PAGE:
Banks are usually the first place people turn to when looking for a mortgage.
But, when you have bad credit, they’re not so helpful.
If you have a credit score lower than about 600, you’ll need to get a mortgage from a B lender or private mortgage firm.
A lenders are the big banks. B lenders are trust companies, although, they’re more like A- lenders. Your credit can’t be that bad otherwise you won’t be able to get a mortgage with Trust companies either.
When it’s really bad, you need to go to a private lender.
So, how do you determine if your credit is bad?
Two major companies keep a tab on your credit score:
You can request copies of your score from them.
But, they charge you if you want it online, i.e. immediately. If you want it by mail, it’s free. How absurd!
First of all, I don’t want all that info being sent by regular mail. Secondly, shouldn’t it be the other way around?
Anyways, that’s how Equifax is doing it. I haven’t checked with Transunion.
Your score can be a maximum of 900. If you have a credit score of about 600 and above, then you probably can get a mortgage with a major bank. It’s not a guarantee, but, it’s just one of the important requirements.
When it’s below 600, you can try a Trust company. If it’s too low, they won’t provide you with a mortgage loan either.
Your next step is to try a private lender.
A private lender may be an individual, a group of individuals, or a company with lots of cash who can provide you with a mortgage when the bank or trust companies don’t want to.
They won’t lend money for everyone, they have limits as well, but, they’re your last type of lender that you can go to after trying a bank and trust.
You should note that you can try different banks if one of them declines you.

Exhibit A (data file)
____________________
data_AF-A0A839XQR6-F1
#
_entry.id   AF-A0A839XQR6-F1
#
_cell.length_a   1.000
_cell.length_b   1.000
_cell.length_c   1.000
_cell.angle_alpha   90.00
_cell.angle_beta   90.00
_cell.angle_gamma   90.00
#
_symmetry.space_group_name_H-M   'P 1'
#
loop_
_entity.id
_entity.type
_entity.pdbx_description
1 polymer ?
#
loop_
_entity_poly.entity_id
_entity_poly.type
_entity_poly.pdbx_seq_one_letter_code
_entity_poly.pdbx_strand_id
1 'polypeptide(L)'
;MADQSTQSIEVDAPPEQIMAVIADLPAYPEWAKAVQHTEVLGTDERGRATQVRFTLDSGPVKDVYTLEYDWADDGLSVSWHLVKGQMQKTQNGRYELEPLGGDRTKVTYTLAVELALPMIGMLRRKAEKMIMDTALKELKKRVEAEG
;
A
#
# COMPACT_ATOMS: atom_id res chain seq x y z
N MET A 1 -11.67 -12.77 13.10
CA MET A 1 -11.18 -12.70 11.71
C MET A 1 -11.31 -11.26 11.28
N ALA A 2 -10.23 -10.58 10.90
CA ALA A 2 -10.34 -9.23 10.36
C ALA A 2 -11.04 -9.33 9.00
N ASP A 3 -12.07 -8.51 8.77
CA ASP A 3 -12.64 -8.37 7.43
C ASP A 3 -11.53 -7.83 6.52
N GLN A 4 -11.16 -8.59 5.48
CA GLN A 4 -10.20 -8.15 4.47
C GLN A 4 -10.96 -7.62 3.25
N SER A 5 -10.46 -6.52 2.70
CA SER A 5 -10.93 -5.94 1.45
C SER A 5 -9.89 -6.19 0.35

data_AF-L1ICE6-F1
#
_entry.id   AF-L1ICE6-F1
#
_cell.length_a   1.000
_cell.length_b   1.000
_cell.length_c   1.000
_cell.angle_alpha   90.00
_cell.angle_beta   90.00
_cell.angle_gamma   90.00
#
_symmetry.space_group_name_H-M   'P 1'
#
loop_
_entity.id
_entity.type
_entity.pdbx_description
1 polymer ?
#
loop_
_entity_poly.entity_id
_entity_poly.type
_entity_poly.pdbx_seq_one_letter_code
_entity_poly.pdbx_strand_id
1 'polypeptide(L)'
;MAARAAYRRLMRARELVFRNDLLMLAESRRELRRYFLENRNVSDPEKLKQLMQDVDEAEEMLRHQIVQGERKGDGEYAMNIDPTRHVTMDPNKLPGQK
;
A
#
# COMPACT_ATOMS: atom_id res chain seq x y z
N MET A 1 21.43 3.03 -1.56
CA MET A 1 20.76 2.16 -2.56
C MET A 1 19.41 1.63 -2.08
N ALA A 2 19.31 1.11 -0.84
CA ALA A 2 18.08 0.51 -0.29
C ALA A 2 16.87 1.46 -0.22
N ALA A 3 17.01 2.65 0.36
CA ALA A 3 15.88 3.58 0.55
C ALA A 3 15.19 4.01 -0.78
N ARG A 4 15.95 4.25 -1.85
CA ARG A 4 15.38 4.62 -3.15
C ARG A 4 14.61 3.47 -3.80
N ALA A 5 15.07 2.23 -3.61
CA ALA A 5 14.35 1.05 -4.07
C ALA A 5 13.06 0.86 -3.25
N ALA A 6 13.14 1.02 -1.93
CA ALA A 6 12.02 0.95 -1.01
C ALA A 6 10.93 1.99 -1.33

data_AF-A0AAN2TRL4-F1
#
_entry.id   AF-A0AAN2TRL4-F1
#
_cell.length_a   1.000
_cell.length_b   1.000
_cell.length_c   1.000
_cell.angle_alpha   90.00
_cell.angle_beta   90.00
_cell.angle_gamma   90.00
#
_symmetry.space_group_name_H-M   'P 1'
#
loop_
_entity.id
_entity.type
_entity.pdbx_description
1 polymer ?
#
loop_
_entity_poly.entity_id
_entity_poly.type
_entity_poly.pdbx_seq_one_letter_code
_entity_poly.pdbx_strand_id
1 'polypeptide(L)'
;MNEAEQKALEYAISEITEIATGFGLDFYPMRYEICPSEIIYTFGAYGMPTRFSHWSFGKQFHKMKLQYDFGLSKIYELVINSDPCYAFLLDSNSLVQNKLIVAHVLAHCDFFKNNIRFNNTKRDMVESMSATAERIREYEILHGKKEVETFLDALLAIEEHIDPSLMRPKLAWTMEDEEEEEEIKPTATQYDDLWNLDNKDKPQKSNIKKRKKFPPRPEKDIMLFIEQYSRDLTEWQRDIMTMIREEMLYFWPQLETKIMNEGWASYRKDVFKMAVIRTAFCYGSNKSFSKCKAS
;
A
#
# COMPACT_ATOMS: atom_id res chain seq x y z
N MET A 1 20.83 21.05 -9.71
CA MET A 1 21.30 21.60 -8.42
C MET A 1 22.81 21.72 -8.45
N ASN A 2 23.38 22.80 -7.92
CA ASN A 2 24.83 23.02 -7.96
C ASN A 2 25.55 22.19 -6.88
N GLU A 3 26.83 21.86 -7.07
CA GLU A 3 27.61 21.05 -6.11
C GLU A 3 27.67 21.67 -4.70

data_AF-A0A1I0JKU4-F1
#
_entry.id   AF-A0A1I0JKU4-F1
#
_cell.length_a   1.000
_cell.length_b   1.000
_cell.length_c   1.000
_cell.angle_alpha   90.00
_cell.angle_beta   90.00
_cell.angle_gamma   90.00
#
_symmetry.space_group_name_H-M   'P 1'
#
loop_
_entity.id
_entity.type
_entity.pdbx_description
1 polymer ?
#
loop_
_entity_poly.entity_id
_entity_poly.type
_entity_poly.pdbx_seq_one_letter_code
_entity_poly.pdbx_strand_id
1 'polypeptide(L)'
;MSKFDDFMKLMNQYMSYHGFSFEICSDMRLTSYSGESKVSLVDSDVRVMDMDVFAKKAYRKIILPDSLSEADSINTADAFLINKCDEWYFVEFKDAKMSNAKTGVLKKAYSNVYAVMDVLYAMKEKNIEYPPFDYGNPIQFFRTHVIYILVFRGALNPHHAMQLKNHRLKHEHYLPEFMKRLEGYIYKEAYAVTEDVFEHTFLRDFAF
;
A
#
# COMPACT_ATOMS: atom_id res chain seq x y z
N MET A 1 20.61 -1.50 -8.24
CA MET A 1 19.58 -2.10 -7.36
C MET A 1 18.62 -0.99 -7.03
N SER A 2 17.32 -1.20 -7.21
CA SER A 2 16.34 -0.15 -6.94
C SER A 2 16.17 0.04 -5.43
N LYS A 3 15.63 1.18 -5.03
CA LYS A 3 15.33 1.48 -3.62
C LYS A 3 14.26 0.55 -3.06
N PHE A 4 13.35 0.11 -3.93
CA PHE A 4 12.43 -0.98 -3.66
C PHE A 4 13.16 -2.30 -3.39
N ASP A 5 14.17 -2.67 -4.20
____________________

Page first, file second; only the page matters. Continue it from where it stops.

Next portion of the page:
When I was younger and just graduated from university, I wanted to borrow $10k from my bank, TD. I got declined because I only worked less than a year. I showed them that I had $10k in my bank account, but, they still wouldn’t budge.
I ended up going to ING Direct (now known as Tangerine Bank) and I got the loan in about 10 minutes!
Now, a regular loan is not the same as a mortgage and the criteria or determining whether to lend to you or not is different. But, I would speculate that they may be a bit more flexible than the bigger banks.
So, no need to go immediately to a trust or private firm, if you get declined from one of the big 5 banks, try a smaller bank next
If the smaller bank doesn’t work out for you, then try a trust company, and finally a private lender.
This is where having a mortgage broker can really help and save you time.
Now, you probably already know some of the big banks and trusts. You’re probably wondering who some of these private lenders are.
I did a quick search on Google for “private mortgage lenders” and what I noticed is that the first couple pages are actually lists of mortgage brokers, not the actual lenders.
So, after delving into this more, what I learned was that most of these private mortgage lenders don’t advertise to the public. They use mortgage brokers to sell their products and services.
If you don’t know what a mortgage broker is, read my guide on mortgage brokers here.
And that’s why you’ll see mortgage brokers in the first few pages. In fact, I didn’t find an actual lender until the 4th page.
Many private lenders are not accustomed to dealing with the public from what I read. So, it’s best to use a reputable mortgage broker who can help you find a good private lender and broker the transaction for you.
Information on private lenders seems scarce. This is definitely an area where you want to use a mortgage broker. And you probably want to use one who actually specializes in this area, not just any mortgage broker.
Although I outlined above how you can do all this yourself, I would just look for a mortgage broker to begin with and save yourself the work.
Note that when using a mortgage broker for getting financing with a private lender, you’ll probably get charged for it. This is the one area where their services are usually not free.
You should also note that the interest rate that private lenders charge is much higher than the banks or trusts.
Are you planning to use a private lender? Comment below and let other readers know how it went. Information is scare and Mortgage Crunch would love to hear from you.